Can Supplier Programs Help Close the Gender Gap?

Many larger companies are setting goals to work with minority and women-owned businesses. Can these goals help close the gender gap?

Women-owned businesses account for less than 5 percent of money borrowed through traditional small business loans, said a Senate Small Business & Entrepreneurship Committee report that was released this Wednesday.

Many female business owners are also missing out on government contract opportunities, according to the same report.

In 1994, Congress set a goal of awarding at least 5 percent of government contracts to women-owned businesses. As of publication, the US government has never met that goal.
Kelsey Freedland

In 1994, Congress set a goal of awarding at least 5 percent of government contracts to women-owned businesses. As of publication, the US government has never met that goal. The closest the federal government have come was in 2012 when the US government awarded 4 percent of government contracts to female business owners.

Considering that women-owned small businesses account for more than 30 percent of small businesses in the United States, these stats seem dismal. If these businesses were able to participate in government and corporate supplier programs, perhaps women would be facing less of a gender gap.

Our popular culture seems to be quickly moving toward gender equality, so why are women-owned small businesses not achieving equality when it comes to traditional loans or government contracts? Why are women-owned small businesses struggling to gain the same financial support that their male counterparts have received from financial institutions and even their own government?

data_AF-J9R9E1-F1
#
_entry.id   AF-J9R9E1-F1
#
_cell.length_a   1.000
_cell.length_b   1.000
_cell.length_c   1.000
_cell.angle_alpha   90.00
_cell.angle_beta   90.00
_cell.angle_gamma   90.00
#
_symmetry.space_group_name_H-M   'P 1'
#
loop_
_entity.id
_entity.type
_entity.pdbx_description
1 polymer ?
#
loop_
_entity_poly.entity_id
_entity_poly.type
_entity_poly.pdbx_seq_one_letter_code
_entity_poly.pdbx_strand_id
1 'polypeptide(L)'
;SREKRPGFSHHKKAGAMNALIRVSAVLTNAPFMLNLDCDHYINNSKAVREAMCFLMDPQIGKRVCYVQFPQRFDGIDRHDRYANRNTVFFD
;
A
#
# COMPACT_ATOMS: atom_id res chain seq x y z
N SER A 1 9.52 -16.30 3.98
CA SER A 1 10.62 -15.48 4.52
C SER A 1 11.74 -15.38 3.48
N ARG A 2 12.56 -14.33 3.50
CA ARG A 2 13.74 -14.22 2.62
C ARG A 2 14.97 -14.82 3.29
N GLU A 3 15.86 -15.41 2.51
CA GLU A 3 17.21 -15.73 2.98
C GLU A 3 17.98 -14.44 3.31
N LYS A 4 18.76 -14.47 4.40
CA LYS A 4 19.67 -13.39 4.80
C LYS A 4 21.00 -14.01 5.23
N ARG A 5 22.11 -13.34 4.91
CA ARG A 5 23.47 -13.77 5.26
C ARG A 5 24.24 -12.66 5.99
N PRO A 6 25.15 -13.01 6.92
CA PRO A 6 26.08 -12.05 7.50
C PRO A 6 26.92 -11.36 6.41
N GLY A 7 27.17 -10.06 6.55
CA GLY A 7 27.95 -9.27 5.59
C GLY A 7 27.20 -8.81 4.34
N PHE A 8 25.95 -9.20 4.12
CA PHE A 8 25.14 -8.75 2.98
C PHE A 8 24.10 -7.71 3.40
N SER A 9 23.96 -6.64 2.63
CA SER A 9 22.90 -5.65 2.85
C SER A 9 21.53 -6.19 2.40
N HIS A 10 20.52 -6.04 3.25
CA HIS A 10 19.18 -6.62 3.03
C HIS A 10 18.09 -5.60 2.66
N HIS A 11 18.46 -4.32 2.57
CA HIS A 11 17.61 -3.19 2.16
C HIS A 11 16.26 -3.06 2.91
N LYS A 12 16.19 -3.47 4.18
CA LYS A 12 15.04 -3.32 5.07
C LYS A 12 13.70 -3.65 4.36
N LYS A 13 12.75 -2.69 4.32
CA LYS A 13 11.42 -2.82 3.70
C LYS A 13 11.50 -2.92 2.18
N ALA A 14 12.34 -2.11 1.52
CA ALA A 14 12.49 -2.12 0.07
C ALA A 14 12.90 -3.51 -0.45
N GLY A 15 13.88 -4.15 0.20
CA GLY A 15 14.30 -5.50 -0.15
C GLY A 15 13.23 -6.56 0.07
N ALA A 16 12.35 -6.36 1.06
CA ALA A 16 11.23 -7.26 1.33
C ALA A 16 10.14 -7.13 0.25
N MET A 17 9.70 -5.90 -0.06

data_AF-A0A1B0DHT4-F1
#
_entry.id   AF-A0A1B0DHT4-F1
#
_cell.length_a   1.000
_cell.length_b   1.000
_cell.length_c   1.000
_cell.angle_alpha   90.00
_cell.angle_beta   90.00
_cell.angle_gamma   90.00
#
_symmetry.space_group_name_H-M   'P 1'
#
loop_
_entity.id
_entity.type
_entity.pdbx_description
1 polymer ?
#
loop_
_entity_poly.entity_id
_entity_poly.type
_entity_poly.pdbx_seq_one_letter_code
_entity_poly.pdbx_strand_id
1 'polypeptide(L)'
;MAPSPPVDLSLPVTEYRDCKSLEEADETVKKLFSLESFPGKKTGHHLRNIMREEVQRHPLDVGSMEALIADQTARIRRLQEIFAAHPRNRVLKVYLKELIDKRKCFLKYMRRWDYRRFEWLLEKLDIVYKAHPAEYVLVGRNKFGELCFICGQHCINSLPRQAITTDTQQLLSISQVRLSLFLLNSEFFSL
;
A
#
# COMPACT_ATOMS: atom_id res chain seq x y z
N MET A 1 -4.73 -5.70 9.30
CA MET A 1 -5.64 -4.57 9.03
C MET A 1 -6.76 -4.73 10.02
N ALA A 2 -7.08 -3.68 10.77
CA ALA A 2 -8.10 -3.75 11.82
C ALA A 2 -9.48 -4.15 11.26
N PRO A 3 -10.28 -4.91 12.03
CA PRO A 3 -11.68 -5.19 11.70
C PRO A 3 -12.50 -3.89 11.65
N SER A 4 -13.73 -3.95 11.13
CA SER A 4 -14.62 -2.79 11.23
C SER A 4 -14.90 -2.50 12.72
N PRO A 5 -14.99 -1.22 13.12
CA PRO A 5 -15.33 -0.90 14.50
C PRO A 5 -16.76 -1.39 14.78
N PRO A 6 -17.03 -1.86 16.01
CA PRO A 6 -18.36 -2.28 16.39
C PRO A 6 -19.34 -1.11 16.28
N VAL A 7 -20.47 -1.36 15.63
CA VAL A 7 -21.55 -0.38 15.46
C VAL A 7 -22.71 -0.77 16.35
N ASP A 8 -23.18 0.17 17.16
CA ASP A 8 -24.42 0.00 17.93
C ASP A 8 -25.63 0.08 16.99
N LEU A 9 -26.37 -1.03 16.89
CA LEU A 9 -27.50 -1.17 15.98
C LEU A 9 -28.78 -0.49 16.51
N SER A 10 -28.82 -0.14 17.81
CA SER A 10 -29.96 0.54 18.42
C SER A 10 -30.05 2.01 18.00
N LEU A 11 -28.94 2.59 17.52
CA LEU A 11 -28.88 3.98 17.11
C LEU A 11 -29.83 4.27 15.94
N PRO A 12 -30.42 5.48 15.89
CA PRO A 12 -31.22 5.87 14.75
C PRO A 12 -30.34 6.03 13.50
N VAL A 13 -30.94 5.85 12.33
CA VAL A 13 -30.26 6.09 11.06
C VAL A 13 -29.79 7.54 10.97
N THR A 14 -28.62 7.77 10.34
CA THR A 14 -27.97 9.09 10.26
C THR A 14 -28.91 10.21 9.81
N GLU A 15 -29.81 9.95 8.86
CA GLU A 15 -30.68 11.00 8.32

A major reason may be that personal credit scores for women-owned businesses are on average 40 points lower than for male-owned companies. This gap in personal credit is translating to a gap in loan approval rates, a gap in business profits, and a gap in government contracts attained by women-owned companies versus male-owned companies.

Additionally, small firms with low business credit scores may be overlooked not only by other, larger companies, but also by the government. Larger firms see companies with low business credit scores as potential risks, so if your credit scores don’t meet their thresholds, your small business may not be considered to supply products and services to these companies. And while our government has set public goals to give supplier contracts to small businesses, your low business credit score may mean that your firm is ineligible to even bid on these government contracts.

Bad business credit may be having a snowball effect, which may be a reason behind the gender gap in small business.

Supplier programs can be an excellent way to close the gender gap. America’s big business and federal government are looking to give supplier contracts to small businesses, especially ones owned by women, veterans, or minorities. So, make sure your small business is eligible to bid on these contracts by establishingbuilding, and monitoring your businesses credit.

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